2016 Ford C-Max Hybrid SE – review

2016 Ford C-Max

2016 Ford C-Max

Wow!  I never expected to be impressed with Ford’s smallest hybrid, the C-Max, but after driving it for a few days in its natural habitat, stop-and-go urban trawling, it left us with a decidedly very good impression.

Let’s face it.  Hybrid cars aren’t for everybody.  They tend to be more expensive than their gasoline counterparts, and the ‘pay-off’ period for the money saved on fuel used to be on average about 7 years.  And that’s when gasoline prices were much higher.

Still, hybrid cars appeal to those who want to live environmentally ‘green’ lifestyles and those who want to scrimp on every penny after purchase and flip the bird to oil companies every day.  And, of course, like wearing a Hugo Boss suit, owning a hybrid car gives a message to society about the social status, personal values, and personality of the driver.

Driving

On the road, the C-Max feels ‘European.’  That’s to say, handling is solid and remarkably responsive for a car whose mission is to provide basic, urban transportation.  In this role, the C-Max excels.  The cabin is tall and feels like a mini London taxicab.  The front seats are broad and comfortable and ingress/egress is good.  Rear seat passengers complained about the slight difficulty of getting in and out, but overall, passenger accommodations are good.

The C-Max’s instrument cluster follows Ford’s basic design that is used commonly in many of the company’s different vehicles, a large, central speedometer flanked to the left with a display that can be changed to show fuel economy and power modes (whether the car is running on electric, gasoline or a combination of the two.)  We found the EV/gasoline display mode difficult to see in bright sunlight and the pictures used to depict the car’s operating mode to be confusing.

But getting the C-Max underway is a joy.  The electric motor and 2.0-litre gasoline engine give this hybrid very good acceleration from a stop.  The two power systems (combined) yield a strong 188 horsepower, and that was more than adequate for our day-to-day hauling of three adults in urban expeditions.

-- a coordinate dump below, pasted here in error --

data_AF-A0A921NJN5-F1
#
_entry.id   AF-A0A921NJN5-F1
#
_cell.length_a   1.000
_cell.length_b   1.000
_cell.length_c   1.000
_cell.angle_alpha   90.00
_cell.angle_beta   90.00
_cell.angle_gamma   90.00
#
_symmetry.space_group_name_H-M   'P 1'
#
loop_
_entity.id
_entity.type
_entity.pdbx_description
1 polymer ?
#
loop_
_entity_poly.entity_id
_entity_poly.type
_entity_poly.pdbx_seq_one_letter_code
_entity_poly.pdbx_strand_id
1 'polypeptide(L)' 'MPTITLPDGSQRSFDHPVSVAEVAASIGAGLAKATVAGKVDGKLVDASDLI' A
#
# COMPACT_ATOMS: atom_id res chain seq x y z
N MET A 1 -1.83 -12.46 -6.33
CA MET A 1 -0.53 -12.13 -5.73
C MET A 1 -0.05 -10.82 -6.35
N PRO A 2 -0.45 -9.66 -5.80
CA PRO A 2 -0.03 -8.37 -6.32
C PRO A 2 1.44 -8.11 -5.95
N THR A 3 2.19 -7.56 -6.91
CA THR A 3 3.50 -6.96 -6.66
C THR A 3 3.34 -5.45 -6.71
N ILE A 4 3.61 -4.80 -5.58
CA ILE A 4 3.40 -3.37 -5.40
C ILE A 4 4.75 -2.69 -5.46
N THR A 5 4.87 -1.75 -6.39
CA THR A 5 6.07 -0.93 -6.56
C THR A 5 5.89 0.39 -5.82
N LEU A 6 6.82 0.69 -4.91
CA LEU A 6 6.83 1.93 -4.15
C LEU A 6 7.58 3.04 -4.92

Like it’s corporate sibling the Ford Focus, the C-Max has accurate steering with good feedback.  The car is easy to drive in dense traffic, just what one would expect for a hybrid car, which tend to show off their best features in city traffic.

If there’s one main complaint we have is the braking system.  The C-Max employs regenerative braking, so when the brakes are applied, energy is generated and used to charge the batteries.  Brake feel is ‘mushy’, and we’d ask for a firmer brake feel if anybody at Ford were to ask.

Over rough roads, the C-Max’s rear suspension can sound a little ‘thumpy’, but that’s when one drives the car a little too fast for the road conditions.

The fifth door (or ‘hatch’) is handy.  The battery pack in the rear cargo hold raises the floor a couple of inches and has a bevel at facing the rear opening.  If your groceries come loose, items like cans and jars will roll and get trapped between the hatch and battery pack’s bevel.  When you open the rear hatch, anything trapped in that space falls to the ground.  So be aware.

Fuel economy

NRCan officially rates the Ford C-Max Hybrid at 5.6/6.4 L/100 km (City/Hwy).  During our test period (of predominantly city, stop-and-go) driving, the C-Max returned an excellent 6.9 L/100 km (on unleaded regular fuel.)  For you old school readers, that’s 40.9 Imp. mpg.

Chassis/Platform

The C-Max’s basic ‘architecture’ was jointly developed by engineers from Ford, Volvo and Mazda.  The C-Max is based on the excellent Ford Focus platform which has design elements in common with the Volvo V40 and Mazda3/Mazda5.  (Interestingly, when we interviewed Hans Nyth, the then Director of Volvo Cars Safety Centre in Goteborg, Sweden, Nyth said while Volvo’s engineers brought expertise in designing safety systems to the development of the platform, Ford’s engineers provided expertise in chassis/suspension development – that is, handling and on road dynamics.)

Pricing

Our 2016 C-Max SE test unit was a base model, with an impressively low base MSRP of $25,999.  That’s very competitive.  A few options (many not needed), added to this low price:  Ruby Red metallic paint ($450), floor mat package ($225), block heater ($100), remote start ($350), stainless steel scuff plate ($150), and an exterior protection package ($300.)  Add on destination and delivery ($1600) and AC excise tax ($100) and your out-the-door price (before GST) is a reasonable $29,274.

Overall

The 2016 Ford C-Max is one impressive hybrid vehicle.  It’s priced aggressively, drives superbly and achieves excellent fuel mileage.  Will Ford sell a lot of them?  Not likely, especially with very low petroleum prices these days.  That’s a shame.  The C-Max is a car I’d actually consider spending my own money on.  It’s that good.  If you’re shopping for a practical, reasonably priced hybrid, put the 2016 Ford C-Max on your ‘Must Drive’ list.

Likes

  • Aggressive base price
  • Superb fuel economy
  • Handling
  • Acceleration

Dislikes

  • Spongy brakes
  • Difficult to decipher EV instrument display
  • Awkward rear seat ingress/egress for adults

 

 

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